For around 70 years, thousands of scientists and engineers have attempted to replicate the energy process of atoms fusing together that powers the sun and other stars.
It is an enormously complex – and expensive – process which is highly unstable due to the high temperatures and pressures involved.
Now, for the first time, the California lab team achieved a “net energy gain” – producing more energy in a fusion reaction than was used to ignite it. The test involved bombarding a pellet of hydrogen plasma with the world’s largest laser.
On 5 December, a team at LLNL’s National Ignition Facility (NIF) conducted the first controlled-fusion experiment in history to reach the milestone, also known as a “scientific energy breakeven”.
The team then spent a week analysing test data and putting it to peer review by other fusion academics before the breakthrough was made public.
It was confirmed that the experiment surpassed the fusion threshold by delivering 2.05 megajoules (MJ) of energy to the target, resulting in 3.15 MJ of energy output.
Scientists heralded the achievement but said there were decades of work to be done before inertial fusion energy (or IFE) could be powering our everyday lives.
However LLNL director Dr Kim Budil said on Tuesday that while there are “very significant hurdles” in science and technology to reaching commercial nuclear fusion, it could happen in a “few” decades as opposed to 60 or 70 years as had previously been believed.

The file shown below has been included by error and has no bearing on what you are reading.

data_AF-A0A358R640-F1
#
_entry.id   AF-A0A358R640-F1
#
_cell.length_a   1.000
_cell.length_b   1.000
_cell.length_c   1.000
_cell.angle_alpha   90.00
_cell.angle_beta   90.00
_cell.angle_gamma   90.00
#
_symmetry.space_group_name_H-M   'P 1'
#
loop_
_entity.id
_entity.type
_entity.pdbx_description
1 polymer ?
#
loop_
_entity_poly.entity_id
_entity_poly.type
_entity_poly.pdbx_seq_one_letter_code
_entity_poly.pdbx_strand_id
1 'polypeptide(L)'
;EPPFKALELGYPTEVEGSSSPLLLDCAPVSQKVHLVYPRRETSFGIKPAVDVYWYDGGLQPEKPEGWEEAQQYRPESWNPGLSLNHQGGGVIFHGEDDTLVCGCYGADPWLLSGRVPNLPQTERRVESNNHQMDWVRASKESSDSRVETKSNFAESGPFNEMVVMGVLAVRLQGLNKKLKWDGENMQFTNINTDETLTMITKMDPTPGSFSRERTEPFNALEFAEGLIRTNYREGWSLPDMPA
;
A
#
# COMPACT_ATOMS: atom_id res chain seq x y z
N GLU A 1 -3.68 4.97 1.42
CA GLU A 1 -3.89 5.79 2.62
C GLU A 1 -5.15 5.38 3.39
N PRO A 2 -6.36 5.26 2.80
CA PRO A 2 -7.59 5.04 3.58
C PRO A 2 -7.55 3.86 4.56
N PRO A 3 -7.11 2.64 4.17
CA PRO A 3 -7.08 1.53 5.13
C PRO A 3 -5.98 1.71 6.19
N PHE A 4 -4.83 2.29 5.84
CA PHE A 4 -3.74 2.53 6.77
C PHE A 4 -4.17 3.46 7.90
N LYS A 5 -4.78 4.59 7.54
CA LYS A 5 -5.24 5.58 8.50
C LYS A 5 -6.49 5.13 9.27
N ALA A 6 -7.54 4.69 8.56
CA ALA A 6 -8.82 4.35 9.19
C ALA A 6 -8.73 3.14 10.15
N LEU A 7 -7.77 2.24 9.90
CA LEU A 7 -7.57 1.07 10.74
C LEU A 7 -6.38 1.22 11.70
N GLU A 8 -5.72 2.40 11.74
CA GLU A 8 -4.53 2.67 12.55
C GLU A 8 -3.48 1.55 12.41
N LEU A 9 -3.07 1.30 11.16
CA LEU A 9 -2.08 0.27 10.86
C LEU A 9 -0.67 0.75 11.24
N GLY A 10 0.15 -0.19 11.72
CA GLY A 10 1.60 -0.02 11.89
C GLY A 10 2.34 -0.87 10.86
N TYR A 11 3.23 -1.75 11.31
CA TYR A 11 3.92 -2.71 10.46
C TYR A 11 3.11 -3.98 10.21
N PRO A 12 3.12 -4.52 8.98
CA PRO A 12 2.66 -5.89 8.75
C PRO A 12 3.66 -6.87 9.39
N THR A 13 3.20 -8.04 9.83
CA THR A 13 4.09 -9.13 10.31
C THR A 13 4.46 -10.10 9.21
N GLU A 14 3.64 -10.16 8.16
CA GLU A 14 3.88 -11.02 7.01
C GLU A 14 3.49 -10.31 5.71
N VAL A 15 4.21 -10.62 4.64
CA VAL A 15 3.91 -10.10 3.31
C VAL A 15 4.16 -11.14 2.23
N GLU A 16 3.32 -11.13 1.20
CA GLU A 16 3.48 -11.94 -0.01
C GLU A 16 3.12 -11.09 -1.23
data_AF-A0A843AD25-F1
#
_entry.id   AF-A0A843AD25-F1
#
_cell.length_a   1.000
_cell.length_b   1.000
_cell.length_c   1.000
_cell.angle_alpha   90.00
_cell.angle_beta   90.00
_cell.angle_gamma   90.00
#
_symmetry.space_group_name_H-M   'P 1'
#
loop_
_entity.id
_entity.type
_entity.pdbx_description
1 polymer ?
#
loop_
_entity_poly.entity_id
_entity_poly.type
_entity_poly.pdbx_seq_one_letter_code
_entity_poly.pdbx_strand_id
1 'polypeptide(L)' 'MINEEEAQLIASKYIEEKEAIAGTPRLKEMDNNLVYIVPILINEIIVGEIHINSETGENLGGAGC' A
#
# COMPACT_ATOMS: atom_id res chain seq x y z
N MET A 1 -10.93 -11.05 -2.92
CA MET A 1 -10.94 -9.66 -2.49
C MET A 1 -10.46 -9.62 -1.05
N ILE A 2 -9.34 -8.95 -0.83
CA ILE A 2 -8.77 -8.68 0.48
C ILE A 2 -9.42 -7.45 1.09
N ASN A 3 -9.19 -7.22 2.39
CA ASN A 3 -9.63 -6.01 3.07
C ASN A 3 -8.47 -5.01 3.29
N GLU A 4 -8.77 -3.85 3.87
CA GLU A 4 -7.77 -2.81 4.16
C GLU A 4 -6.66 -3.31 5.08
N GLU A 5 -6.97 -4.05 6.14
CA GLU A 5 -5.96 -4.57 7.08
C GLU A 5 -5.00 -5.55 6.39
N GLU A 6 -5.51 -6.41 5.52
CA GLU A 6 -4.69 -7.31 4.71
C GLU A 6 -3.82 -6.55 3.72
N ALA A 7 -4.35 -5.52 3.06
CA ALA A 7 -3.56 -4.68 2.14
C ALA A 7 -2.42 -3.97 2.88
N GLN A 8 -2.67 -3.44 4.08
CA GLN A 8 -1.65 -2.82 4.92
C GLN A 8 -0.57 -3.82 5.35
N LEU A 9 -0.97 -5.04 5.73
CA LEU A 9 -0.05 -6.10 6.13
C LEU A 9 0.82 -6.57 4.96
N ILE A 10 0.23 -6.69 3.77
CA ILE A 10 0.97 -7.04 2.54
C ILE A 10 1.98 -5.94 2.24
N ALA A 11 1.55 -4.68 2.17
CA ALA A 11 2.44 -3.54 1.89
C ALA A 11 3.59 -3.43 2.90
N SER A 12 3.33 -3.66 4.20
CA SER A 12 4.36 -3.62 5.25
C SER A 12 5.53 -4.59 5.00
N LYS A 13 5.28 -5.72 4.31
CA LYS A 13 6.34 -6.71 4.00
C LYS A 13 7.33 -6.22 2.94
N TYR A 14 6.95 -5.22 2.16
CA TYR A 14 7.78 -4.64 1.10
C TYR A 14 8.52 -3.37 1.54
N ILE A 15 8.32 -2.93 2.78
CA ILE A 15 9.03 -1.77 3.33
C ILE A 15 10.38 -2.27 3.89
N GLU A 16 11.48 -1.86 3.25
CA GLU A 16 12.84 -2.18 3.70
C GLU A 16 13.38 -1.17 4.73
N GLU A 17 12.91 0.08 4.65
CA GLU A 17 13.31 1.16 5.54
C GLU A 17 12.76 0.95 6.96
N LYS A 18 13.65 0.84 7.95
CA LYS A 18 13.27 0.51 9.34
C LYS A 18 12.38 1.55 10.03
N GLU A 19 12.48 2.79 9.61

“The pursuit of fusion ignition in the laboratory is one of the most significant scientific challenges ever tackled by humanity, and achieving it is a triumph of science, engineering, and most of all, people,” Dr Budil said.
The fusion breakthrough has the potential to significantly impact the trajectory of the climate crisis – driven by the planet-heating greenhouse gas emissions from burning fossil fuels. Fusion does not produce greenhouse gases nor long-lived radioactive waste.
“This astonishing scientific advance puts us on the precipice of a future no longer reliant on fossil fuels but instead powered by new clean fusion energy,” senate majority leader Charles Schumer said on Tuesday.
Dr Robbie Scott, of the Science and Technology Facilities Council’s Central Laser Facility Plasma Physics Group who contributed to this research, called it a “momentous achievement after 50 years of research into Laser Fusion”.
“Fusion has the potential to provide a near-limitless, safe, clean, source of carbon-free baseload energy,” he said.
“It cannot be overstated what a huge breakthrough this is for laser fusion research.”
The US Department of Energy is currently restarting a broad-based, coordinated IFE program in the US. “Combined with private-sector investment, there is a lot of momentum to drive rapid progress toward fusion commercialisation,” the LLNL public affairs office said in a statement.
Join our commenting forum
Join thought-provoking conversations, follow other Independent readers and see their replies